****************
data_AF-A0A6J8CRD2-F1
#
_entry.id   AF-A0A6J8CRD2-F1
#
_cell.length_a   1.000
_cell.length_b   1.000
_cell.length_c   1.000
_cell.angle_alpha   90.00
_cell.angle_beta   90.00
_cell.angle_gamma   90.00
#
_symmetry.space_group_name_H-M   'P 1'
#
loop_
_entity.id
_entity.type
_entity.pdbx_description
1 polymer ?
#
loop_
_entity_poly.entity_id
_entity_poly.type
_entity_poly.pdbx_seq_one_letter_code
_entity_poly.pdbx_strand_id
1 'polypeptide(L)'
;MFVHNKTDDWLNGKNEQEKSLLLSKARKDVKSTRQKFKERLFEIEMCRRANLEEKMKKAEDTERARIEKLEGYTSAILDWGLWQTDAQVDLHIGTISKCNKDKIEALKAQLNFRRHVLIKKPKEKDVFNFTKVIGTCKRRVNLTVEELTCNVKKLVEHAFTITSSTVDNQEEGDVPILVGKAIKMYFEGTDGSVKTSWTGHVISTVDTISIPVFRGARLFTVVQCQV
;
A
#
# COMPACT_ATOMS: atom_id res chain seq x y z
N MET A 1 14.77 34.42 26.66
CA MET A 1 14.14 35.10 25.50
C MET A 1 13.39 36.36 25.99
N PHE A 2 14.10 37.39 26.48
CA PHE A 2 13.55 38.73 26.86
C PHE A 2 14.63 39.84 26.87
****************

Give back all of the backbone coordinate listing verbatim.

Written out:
data_AF-A0A6J8CRD2-F1
#
_entry.id   AF-A0A6J8CRD2-F1
#
_cell.length_a   1.000
_cell.length_b   1.000
_cell.length_c   1.000
_cell.angle_alpha   90.00
_cell.angle_beta   90.00
_cell.angle_gamma   90.00
#
_symmetry.space_group_name_H-M   'P 1'
#
loop_
_entity.id
_entity.type
_entity.pdbx_description
1 polymer ?
#
loop_
_entity_poly.entity_id
_entity_poly.type
_entity_poly.pdbx_seq_one_letter_code
_entity_poly.pdbx_strand_id
1 'polypeptide(L)'
;MFVHNKTDDWLNGKNEQEKSLLLSKARKDVKSTRQKFKERLFEIEMCRRANLEEKMKKAEDTERARIEKLEGYTSAILDWGLWQTDAQVDLHIGTISKCNKDKIEALKAQLNFRRHVLIKKPKEKDVFNFTKVIGTCKRRVNLTVEELTCNVKKLVEHAFTITSSTVDNQEEGDVPILVGKAIKMYFEGTDGSVKTSWTGHVISTVDTISIPVFRGARLFTVVQCQV
;
A
#
# COMPACT_ATOMS: atom_id res chain seq x y z
N MET A 1 14.77 34.42 26.66
CA MET A 1 14.14 35.10 25.50
C MET A 1 13.39 36.36 25.99
N PHE A 2 14.10 37.39 26.48
CA PHE A 2 13.55 38.73 26.86
C PHE A 2 14.63 39.84 26.87